What Is an Armadillo's Defensive Adaptation?

The armadillo's primary defensive adaptation is its outer armor, which is made of horn and bone. Armadillos also use camouflage to blend into their environment, and one variety can roll up into a ball to protect its softer underside.

The armadillo's shell consists of bands of hard bone, which maximizes the protective function while allowing the armadillo to stay flexible and move normally. Although there are 20 different varieties of armadillo, only the three-banded armadillo can roll up into a ball.

Most armadillos are a greenish-brown color, which acts as camouflage. They can easily blend into their surroundings by staying still. Armadillos dig burrows to live in, which helps keep them safe from predators during their long periods of rest. They may spend 16 hours a day in their burrows. Even when they are not near their home burrows, they may use their digging skills to elude predators by rapidly tunneling underground where a larger predator cannot follow.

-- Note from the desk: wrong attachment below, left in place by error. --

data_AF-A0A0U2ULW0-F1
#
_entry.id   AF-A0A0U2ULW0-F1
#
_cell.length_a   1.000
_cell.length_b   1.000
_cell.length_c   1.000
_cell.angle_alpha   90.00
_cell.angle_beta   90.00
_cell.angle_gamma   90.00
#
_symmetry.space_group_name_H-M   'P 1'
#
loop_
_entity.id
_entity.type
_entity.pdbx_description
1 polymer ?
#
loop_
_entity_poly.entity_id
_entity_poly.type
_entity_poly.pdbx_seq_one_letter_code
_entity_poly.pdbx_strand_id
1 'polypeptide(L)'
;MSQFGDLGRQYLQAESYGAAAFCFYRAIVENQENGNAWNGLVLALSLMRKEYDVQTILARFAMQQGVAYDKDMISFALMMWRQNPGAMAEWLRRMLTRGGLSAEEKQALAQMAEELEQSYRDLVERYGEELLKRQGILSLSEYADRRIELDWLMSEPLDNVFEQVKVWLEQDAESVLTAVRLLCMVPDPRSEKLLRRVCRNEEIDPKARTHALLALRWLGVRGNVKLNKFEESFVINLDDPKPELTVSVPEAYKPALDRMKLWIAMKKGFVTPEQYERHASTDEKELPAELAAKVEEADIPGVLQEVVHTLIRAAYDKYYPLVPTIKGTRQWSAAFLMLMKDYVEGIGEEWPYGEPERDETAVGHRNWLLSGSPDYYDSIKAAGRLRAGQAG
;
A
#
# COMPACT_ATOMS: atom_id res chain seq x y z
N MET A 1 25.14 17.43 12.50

Armadillos move slowly most of the time, but they are capable of moving quickly when they are being chased by a predator. When threatened, armadillos often flee into thorny thickets or other prickly plants. Their armor keeps them safe from the thorns, but their predators are often unable to follow them.